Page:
Circumcision reduces risk of Herpes and HPV infection

Men who are circumcised are less likely to get sexually transmitted infections such as genital herpes and human papillomavirus (HPV), but not syphilis, according to a study of adult African men published this week in the New England Journal of Medicine.

In a previous study, the same research team found that adult circumcision could reduce the risk of HIV infection.

Efforts to increase the practice of male circumcision in areas with high rates of sexually transmitted infections, including Africa, could have a tremendous benefit, say the study’s authors. Genital herpes has been associated with an increased risk of HIV, and HPV can cause genital warts as well as a higher risk of anal, cervical (in women), and penile cancers.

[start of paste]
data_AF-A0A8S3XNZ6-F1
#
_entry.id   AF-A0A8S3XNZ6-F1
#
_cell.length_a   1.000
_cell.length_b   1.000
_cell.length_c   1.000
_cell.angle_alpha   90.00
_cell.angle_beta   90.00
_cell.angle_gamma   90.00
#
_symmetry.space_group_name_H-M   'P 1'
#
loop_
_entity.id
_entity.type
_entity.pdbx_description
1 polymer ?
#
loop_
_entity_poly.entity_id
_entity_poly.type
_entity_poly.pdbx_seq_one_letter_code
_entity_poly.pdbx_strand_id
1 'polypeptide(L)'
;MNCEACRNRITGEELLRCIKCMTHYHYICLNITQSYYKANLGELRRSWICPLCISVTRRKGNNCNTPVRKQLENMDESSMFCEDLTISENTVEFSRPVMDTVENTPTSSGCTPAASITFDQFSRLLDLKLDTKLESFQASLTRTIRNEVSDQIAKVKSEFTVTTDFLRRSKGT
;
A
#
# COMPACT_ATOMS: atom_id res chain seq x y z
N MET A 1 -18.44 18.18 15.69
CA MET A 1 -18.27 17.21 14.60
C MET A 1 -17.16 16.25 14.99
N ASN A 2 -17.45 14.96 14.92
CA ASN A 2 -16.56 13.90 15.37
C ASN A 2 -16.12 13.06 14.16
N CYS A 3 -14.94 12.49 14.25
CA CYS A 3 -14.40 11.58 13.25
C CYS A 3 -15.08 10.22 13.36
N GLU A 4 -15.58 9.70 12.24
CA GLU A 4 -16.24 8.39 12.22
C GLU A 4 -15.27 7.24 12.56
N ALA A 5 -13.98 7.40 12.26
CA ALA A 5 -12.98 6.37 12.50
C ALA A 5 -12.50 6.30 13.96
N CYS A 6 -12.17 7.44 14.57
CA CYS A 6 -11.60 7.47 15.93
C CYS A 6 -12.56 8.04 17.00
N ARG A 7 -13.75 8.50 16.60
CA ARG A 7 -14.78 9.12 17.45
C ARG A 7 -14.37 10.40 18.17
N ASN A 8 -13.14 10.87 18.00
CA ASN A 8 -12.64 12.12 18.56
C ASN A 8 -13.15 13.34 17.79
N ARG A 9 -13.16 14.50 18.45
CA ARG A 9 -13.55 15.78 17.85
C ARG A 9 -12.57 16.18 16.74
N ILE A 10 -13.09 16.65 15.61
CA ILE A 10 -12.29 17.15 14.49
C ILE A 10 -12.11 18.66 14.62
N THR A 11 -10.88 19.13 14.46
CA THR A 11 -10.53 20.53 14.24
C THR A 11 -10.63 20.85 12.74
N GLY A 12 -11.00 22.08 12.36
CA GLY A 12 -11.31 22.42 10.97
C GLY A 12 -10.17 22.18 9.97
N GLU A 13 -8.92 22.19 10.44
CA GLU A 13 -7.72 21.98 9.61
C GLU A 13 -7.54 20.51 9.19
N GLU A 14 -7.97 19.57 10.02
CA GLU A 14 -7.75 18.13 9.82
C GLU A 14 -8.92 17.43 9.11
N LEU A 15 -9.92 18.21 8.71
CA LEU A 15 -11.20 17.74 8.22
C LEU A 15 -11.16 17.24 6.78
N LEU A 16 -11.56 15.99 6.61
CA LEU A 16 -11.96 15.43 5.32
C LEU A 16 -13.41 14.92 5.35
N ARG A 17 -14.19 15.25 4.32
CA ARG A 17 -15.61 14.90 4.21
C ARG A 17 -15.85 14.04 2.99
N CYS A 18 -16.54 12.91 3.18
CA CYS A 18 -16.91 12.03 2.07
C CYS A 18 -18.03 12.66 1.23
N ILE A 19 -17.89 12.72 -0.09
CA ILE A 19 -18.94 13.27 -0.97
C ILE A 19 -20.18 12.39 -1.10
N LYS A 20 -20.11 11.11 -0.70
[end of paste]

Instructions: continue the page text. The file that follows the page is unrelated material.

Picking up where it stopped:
Roughly three-quarters of U.S. adults have had at least one HPV infection, according to an editorial by Matthew R. Golden, M.D., and Judith N. Wasserheit, M.D., both of the University of Washington. Although vaccines against some of the most dangerous HPV strains have been approved for girls ages 13 to 26, the vaccines are expensive and routine Pap tests are still necessary to pick up cervical cancers.

It’s not clear why circumcision may affect infection rates. But the study authors suggest that penile foreskin may provide a moist, favorable environment for herpes and HPV to survive and enter cells on the skin’s surface. Once the foreskin is surgically removed, the risk of infection may be reduced.

They also note, however, that male circumcision is not completely effective in preventing sexually transmitted infections. Safe sex practices, including consistent condom use, are still necessary to provide the best protection.

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